The study is part of the Educational Innovations Project (EIP),sponsored through the Accreditation Council for Graduate Medical Education, to facilitate competency-based education and outcomes assessment in programs needing innovation.


Story Source:

The above story is based on materials provided by University of Cincinnati. Note: Materials may be edited for content and length.


Cite This Page:

University of Cincinnati. "Internal Medicine Residents May Benefit Most From Time In Clinic." ScienceDaily. ScienceDaily, 28 July 2008. <www.sciencedaily.com/releases/2008/07/080724150441.htm>.
University of Cincinnati. (2008, July 28). Internal Medicine Residents May Benefit Most From Time In Clinic. ScienceDaily. Retrieved April 20, 2014 from www.sciencedaily.com/releases/2008/07/080724150441.htm
University of Cincinnati. "Internal Medicine Residents May Benefit Most From Time In Clinic." ScienceDaily. www.sciencedaily.com/releases/2008/07/080724150441.htm (accessed April 20, 2014).

Share This



More Health & Medicine News

Sunday, April 20, 2014

Featured Research

from universities, journals, and other organizations


Featured Videos

from AP, Reuters, AFP, and other news services

Nine-Month-Old Baby Can't Open His Mouth

Nine-Month-Old Baby Can't Open His Mouth

Newsy (Apr. 19, 2014) Nine-month-old Wyatt Scott was born with a rare disorder called congenital trismus, which prevents him from opening his mouth. Video provided by Newsy
Powered by NewsLook.com
'Holy Grail' Of Weight Loss? New Find Could Be It

'Holy Grail' Of Weight Loss? New Find Could Be It

Newsy (Apr. 18, 2014) In a potential breakthrough for future obesity treatments, scientists have used MRI scans to pinpoint brown fat in a living adult for the first time. Video provided by Newsy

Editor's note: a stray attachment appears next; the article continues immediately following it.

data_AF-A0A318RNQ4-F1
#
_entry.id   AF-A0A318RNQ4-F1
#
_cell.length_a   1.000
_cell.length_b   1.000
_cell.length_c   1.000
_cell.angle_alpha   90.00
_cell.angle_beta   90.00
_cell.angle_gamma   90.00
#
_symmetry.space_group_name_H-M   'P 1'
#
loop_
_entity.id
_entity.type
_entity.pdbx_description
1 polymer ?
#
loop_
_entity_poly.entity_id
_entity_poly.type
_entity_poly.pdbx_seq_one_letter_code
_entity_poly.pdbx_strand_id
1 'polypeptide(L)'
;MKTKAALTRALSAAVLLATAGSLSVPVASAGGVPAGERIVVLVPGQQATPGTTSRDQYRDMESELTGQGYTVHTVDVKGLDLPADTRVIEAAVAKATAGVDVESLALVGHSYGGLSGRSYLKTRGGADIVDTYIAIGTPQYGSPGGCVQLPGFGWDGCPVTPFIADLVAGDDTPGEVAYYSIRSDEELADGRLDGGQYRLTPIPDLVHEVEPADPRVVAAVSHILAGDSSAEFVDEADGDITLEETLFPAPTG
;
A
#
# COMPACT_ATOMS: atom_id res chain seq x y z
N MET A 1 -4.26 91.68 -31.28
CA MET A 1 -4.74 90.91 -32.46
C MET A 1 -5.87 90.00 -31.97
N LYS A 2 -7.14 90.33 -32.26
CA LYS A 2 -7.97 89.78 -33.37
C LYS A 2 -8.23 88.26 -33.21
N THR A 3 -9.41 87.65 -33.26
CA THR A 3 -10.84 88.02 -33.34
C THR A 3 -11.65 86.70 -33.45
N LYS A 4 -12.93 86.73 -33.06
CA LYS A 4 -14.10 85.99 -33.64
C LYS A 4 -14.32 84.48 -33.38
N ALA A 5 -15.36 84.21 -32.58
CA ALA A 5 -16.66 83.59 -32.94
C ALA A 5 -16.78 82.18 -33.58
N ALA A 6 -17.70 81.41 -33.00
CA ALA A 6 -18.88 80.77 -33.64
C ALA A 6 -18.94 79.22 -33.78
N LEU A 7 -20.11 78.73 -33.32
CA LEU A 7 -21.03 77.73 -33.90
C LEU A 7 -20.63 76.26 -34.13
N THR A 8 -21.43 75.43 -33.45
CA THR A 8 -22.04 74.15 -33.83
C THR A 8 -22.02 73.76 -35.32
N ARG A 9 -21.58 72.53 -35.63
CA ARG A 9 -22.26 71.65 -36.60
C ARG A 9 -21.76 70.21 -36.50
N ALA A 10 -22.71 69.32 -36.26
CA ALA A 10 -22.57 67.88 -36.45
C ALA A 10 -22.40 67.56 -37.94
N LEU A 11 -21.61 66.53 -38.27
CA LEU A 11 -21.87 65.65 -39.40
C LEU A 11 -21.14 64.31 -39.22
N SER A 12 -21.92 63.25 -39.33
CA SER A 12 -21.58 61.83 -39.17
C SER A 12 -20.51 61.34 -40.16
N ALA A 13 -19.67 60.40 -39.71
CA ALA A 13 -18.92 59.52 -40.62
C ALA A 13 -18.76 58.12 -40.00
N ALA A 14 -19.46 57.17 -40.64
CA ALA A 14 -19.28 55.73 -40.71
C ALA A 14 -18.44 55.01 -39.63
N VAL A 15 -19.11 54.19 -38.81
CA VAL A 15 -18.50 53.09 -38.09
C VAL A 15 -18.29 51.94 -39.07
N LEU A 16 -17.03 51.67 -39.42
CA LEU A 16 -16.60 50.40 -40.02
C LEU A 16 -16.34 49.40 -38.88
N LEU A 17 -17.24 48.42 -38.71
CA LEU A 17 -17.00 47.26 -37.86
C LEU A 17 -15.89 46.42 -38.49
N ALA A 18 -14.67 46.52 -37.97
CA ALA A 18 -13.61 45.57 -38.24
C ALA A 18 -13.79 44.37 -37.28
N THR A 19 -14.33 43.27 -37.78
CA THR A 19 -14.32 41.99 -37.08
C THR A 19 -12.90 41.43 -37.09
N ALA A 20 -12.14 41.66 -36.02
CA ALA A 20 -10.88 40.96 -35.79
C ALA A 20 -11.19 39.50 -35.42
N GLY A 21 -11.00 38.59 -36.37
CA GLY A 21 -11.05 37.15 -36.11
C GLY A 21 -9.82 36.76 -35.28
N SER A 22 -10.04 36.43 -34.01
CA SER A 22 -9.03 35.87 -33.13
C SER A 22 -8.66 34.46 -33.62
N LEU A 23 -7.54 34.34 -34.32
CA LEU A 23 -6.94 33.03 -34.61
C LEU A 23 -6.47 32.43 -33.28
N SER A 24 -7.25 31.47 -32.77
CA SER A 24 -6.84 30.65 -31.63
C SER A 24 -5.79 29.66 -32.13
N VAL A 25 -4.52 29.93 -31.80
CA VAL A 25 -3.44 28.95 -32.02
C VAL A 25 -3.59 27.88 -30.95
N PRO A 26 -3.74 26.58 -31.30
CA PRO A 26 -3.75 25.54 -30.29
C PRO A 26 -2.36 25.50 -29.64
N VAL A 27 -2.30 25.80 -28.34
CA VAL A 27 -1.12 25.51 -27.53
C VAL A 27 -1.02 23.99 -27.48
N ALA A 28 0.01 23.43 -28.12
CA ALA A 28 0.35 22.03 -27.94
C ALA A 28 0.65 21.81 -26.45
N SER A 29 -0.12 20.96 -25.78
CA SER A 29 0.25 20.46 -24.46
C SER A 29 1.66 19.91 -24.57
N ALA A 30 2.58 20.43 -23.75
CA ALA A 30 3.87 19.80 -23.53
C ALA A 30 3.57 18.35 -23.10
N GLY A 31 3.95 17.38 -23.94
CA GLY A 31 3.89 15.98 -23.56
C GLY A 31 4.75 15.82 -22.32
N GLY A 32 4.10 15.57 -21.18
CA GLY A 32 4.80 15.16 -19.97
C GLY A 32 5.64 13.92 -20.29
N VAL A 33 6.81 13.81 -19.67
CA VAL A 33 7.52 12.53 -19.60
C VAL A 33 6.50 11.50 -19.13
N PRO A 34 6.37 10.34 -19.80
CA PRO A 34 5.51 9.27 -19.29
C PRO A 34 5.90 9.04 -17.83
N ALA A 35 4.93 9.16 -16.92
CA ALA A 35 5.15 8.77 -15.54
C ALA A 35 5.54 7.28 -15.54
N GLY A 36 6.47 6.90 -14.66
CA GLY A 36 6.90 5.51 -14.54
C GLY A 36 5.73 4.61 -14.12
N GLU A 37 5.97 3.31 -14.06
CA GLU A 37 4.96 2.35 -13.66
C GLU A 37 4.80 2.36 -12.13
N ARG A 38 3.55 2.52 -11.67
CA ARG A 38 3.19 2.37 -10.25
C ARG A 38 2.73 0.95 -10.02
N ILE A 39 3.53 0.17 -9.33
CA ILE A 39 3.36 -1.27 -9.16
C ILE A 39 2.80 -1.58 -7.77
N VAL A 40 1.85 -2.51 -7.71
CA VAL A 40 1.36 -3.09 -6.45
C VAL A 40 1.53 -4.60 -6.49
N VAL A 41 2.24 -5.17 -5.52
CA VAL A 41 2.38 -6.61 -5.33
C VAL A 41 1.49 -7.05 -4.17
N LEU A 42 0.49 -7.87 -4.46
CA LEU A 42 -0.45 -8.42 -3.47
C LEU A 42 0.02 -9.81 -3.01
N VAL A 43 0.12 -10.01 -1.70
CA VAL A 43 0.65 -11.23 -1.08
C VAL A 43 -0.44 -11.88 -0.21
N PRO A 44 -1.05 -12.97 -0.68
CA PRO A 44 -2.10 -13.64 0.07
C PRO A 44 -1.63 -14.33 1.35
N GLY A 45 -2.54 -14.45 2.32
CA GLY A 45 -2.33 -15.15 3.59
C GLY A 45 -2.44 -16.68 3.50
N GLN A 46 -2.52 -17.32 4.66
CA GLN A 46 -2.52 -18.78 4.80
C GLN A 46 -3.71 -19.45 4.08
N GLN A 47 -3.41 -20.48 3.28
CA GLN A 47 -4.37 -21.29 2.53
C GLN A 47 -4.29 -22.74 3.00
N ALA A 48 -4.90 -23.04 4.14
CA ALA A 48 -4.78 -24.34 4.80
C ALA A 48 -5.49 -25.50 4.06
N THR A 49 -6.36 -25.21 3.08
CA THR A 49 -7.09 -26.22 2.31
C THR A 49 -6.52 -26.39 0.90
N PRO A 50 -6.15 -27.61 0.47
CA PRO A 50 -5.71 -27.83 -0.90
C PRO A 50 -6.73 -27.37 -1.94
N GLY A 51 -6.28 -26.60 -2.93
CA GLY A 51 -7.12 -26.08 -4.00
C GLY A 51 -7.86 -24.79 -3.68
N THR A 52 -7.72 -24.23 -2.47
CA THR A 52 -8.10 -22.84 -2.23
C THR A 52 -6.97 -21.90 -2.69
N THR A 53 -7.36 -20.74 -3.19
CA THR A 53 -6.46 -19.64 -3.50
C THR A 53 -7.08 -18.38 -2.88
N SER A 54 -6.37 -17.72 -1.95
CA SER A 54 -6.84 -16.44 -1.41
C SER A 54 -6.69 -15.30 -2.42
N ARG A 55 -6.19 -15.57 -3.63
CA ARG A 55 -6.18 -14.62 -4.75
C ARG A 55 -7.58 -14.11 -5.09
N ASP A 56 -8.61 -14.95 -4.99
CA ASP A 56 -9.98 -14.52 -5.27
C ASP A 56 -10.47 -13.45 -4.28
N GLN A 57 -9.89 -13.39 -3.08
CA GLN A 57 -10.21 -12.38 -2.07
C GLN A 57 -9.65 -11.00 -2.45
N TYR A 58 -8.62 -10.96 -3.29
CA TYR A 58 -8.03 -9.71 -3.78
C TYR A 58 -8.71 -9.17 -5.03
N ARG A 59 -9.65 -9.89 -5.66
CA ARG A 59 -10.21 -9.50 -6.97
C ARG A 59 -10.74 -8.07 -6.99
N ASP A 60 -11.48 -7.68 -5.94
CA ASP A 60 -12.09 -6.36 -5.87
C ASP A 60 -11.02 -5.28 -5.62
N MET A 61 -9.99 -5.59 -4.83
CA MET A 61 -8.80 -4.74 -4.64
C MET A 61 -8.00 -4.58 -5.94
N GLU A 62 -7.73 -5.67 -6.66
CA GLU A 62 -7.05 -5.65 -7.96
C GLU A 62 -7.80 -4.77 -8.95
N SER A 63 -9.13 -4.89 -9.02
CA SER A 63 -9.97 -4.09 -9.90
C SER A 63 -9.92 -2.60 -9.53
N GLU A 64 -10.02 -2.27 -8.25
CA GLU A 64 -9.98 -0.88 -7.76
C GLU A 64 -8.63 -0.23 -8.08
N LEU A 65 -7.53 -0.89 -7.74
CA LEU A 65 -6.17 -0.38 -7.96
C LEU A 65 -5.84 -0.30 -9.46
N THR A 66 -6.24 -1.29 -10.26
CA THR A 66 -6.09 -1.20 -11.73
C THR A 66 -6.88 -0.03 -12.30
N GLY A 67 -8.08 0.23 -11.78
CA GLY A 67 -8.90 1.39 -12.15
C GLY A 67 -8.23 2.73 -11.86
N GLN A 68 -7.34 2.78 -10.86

Powered by NewsLook.com
Little Progress Made In Fighting Food Poisoning, CDC Says

Little Progress Made In Fighting Food Poisoning, CDC Says

Newsy (Apr. 18, 2014) A new report shows rates of two foodborne infections increased in the U.S. in recent years, while salmonella actually dropped 9 percent. Video provided by Newsy
Powered by NewsLook.com
Scientists Create Stem Cells From Adult Skin Cells

Scientists Create Stem Cells From Adult Skin Cells

Newsy (Apr. 17, 2014) The breakthrough could mean a cure for some serious diseases and even the possibility of human cloning, but it's all still a way off. Video provided by Newsy
Powered by NewsLook.com

Search ScienceDaily

Number of stories in archives: 140,361

Find with keyword(s):
Enter a keyword or phrase to search ScienceDaily for related topics and research stories.

Save/Print:
Share:

Breaking News:
from the past week

In Other News

... from NewsDaily.com

Science News

Health News

Environment News

Technology News



Save/Print:
Share:

Free Subscriptions


Get the latest science news with ScienceDaily's free email newsletters, updated daily and weekly. Or view hourly updated newsfeeds in your RSS reader:

Get Social & Mobile


Keep up to date with the latest news from ScienceDaily via social networks and mobile apps:

Have Feedback?


Tell us what you think of ScienceDaily -- we welcome both positive and negative comments. Have any problems using the site? Questions?
Mobile: iPhone Android Web
Follow: Facebook Twitter Google+
Subscribe: RSS Feeds Email Newsletters
Latest Headlines Health & Medicine Mind & Brain Space & Time Matter & Energy Computers & Math Plants & Animals Earth & Climate Fossils & Ruins